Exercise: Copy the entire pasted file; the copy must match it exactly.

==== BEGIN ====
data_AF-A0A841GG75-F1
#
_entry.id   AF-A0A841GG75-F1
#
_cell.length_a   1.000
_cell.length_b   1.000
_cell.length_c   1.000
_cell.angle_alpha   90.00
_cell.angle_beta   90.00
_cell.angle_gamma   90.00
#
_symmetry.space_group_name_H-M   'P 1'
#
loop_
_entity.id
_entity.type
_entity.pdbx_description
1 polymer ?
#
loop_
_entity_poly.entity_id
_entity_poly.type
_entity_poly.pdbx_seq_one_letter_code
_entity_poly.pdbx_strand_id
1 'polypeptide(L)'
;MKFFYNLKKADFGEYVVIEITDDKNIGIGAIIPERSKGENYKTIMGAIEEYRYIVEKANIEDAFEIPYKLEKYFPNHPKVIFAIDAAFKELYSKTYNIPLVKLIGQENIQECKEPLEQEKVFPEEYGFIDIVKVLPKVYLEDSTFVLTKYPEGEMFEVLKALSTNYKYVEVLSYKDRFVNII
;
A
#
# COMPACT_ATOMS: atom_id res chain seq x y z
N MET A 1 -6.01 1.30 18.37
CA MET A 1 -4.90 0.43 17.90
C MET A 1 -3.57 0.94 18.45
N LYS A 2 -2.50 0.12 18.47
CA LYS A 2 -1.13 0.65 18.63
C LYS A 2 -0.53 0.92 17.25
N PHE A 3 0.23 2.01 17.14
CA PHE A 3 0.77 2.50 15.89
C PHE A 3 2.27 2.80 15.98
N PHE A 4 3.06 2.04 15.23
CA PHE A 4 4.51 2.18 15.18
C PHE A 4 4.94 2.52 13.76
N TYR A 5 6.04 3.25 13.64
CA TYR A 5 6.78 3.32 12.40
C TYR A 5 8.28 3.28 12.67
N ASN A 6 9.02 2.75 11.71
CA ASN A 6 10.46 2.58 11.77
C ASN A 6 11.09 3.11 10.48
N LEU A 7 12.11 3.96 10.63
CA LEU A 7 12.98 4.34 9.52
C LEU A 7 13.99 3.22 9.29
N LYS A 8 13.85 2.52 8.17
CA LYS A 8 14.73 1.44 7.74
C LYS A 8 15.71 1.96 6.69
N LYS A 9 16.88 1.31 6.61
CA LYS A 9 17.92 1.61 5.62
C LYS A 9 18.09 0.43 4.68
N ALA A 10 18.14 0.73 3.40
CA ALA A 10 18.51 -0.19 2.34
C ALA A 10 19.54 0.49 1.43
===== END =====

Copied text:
data_AF-A0A841GG75-F1
#
_entry.id   AF-A0A841GG75-F1
#
_cell.length_a   1.000
_cell.length_b   1.000
_cell.length_c   1.000
_cell.angle_alpha   90.00
_cell.angle_beta   90.00
_cell.angle_gamma   90.00
#
_symmetry.space_group_name_H-M   'P 1'
#
loop_
_entity.id
_entity.type
_entity.pdbx_description
1 polymer ?
#
loop_
_entity_poly.entity_id
_entity_poly.type
_entity_poly.pdbx_seq_one_letter_code
_entity_poly.pdbx_strand_id
1 'polypeptide(L)'
;MKFFYNLKKADFGEYVVIEITDDKNIGIGAIIPERSKGENYKTIMGAIEEYRYIVEKANIEDAFEIPYKLEKYFPNHPKVIFAIDAAFKELYSKTYNIPLVKLIGQENIQECKEPLEQEKVFPEEYGFIDIVKVLPKVYLEDSTFVLTKYPEGEMFEVLKALSTNYKYVEVLSYKDRFVNII
;
A
#
# COMPACT_ATOMS: atom_id res chain seq x y z
N MET A 1 -6.01 1.30 18.37
CA MET A 1 -4.90 0.43 17.90
C MET A 1 -3.57 0.94 18.45
N LYS A 2 -2.50 0.12 18.47
CA LYS A 2 -1.13 0.65 18.63
C LYS A 2 -0.53 0.92 17.25
N PHE A 3 0.23 2.01 17.14
CA PHE A 3 0.77 2.50 15.89
C PHE A 3 2.27 2.80 15.98
N PHE A 4 3.06 2.04 15.23
CA PHE A 4 4.51 2.18 15.18
C PHE A 4 4.94 2.52 13.76
N TYR A 5 6.04 3.25 13.64
CA TYR A 5 6.78 3.32 12.40
C TYR A 5 8.28 3.28 12.67
N ASN A 6 9.02 2.75 11.71
CA ASN A 6 10.46 2.58 11.77
C ASN A 6 11.09 3.11 10.48
N LEU A 7 12.11 3.96 10.63
CA LEU A 7 12.98 4.34 9.52
C LEU A 7 13.99 3.22 9.29
N LYS A 8 13.85 2.52 8.17
CA LYS A 8 14.73 1.44 7.74
C LYS A 8 15.71 1.96 6.69
N LYS A 9 16.88 1.31 6.61
CA LYS A 9 17.92 1.61 5.62
C LYS A 9 18.09 0.43 4.68
N ALA A 10 18.14 0.73 3.40
CA ALA A 10 18.51 -0.19 2.34
C ALA A 10 19.54 0.49 1.43